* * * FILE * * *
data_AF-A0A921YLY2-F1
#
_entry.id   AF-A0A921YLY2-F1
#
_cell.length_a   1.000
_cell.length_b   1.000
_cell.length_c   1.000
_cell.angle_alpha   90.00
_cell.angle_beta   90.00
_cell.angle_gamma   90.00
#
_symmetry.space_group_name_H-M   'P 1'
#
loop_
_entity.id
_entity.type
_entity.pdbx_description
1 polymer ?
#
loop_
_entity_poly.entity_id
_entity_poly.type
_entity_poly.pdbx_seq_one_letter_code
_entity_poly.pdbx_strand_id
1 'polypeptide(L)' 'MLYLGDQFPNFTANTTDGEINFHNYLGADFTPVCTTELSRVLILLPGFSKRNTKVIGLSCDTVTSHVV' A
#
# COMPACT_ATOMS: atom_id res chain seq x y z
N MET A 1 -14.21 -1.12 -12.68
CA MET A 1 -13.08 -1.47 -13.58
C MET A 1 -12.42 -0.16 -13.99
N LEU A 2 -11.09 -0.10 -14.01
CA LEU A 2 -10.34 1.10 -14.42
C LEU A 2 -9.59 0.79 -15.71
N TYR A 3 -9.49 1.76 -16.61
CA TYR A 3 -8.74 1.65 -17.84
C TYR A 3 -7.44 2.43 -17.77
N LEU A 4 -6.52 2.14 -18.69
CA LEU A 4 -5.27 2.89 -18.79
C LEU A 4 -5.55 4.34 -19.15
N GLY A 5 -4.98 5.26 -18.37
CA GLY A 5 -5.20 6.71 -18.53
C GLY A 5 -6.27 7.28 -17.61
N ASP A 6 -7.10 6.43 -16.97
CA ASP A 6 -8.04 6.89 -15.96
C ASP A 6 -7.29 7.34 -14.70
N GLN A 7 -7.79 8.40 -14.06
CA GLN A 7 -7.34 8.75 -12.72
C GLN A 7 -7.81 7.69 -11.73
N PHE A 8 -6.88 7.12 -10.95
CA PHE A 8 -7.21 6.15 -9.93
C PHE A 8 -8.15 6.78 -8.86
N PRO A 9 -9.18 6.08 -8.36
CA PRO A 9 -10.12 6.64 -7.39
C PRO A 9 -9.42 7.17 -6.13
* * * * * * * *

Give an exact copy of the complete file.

data_AF-A0A921YLY2-F1
#
_entry.id   AF-A0A921YLY2-F1
#
_cell.length_a   1.000
_cell.length_b   1.000
_cell.length_c   1.000
_cell.angle_alpha   90.00
_cell.angle_beta   90.00
_cell.angle_gamma   90.00
#
_symmetry.space_group_name_H-M   'P 1'
#
loop_
_entity.id
_entity.type
_entity.pdbx_description
1 polymer ?
#
loop_
_entity_poly.entity_id
_entity_poly.type
_entity_poly.pdbx_seq_one_letter_code
_entity_poly.pdbx_strand_id
1 'polypeptide(L)' 'MLYLGDQFPNFTANTTDGEINFHNYLGADFTPVCTTELSRVLILLPGFSKRNTKVIGLSCDTVTSHVV' A
#
# COMPACT_ATOMS: atom_id res chain seq x y z
N MET A 1 -14.21 -1.12 -12.68
CA MET A 1 -13.08 -1.47 -13.58
C MET A 1 -12.42 -0.16 -13.99
N LEU A 2 -11.09 -0.10 -14.01
CA LEU A 2 -10.34 1.10 -14.42
C LEU A 2 -9.59 0.79 -15.71
N TYR A 3 -9.49 1.76 -16.61
CA TYR A 3 -8.74 1.65 -17.84
C TYR A 3 -7.44 2.43 -17.77
N LEU A 4 -6.52 2.14 -18.69
CA LEU A 4 -5.27 2.89 -18.79
C LEU A 4 -5.55 4.34 -19.15
N GLY A 5 -4.98 5.26 -18.37
CA GLY A 5 -5.20 6.71 -18.53
C GLY A 5 -6.27 7.28 -17.61
N ASP A 6 -7.10 6.43 -16.97
CA ASP A 6 -8.04 6.89 -15.96
C ASP A 6 -7.29 7.34 -14.70
N GLN A 7 -7.79 8.40 -14.06
CA GLN A 7 -7.34 8.75 -12.72
C GLN A 7 -7.81 7.69 -11.73
N PHE A 8 -6.88 7.12 -10.95
CA PHE A 8 -7.21 6.15 -9.93
C PHE A 8 -8.15 6.78 -8.86
N PRO A 9 -9.18 6.08 -8.36
CA PRO A 9 -10.12 6.64 -7.39
C PRO A 9 -9.42 7.17 -6.13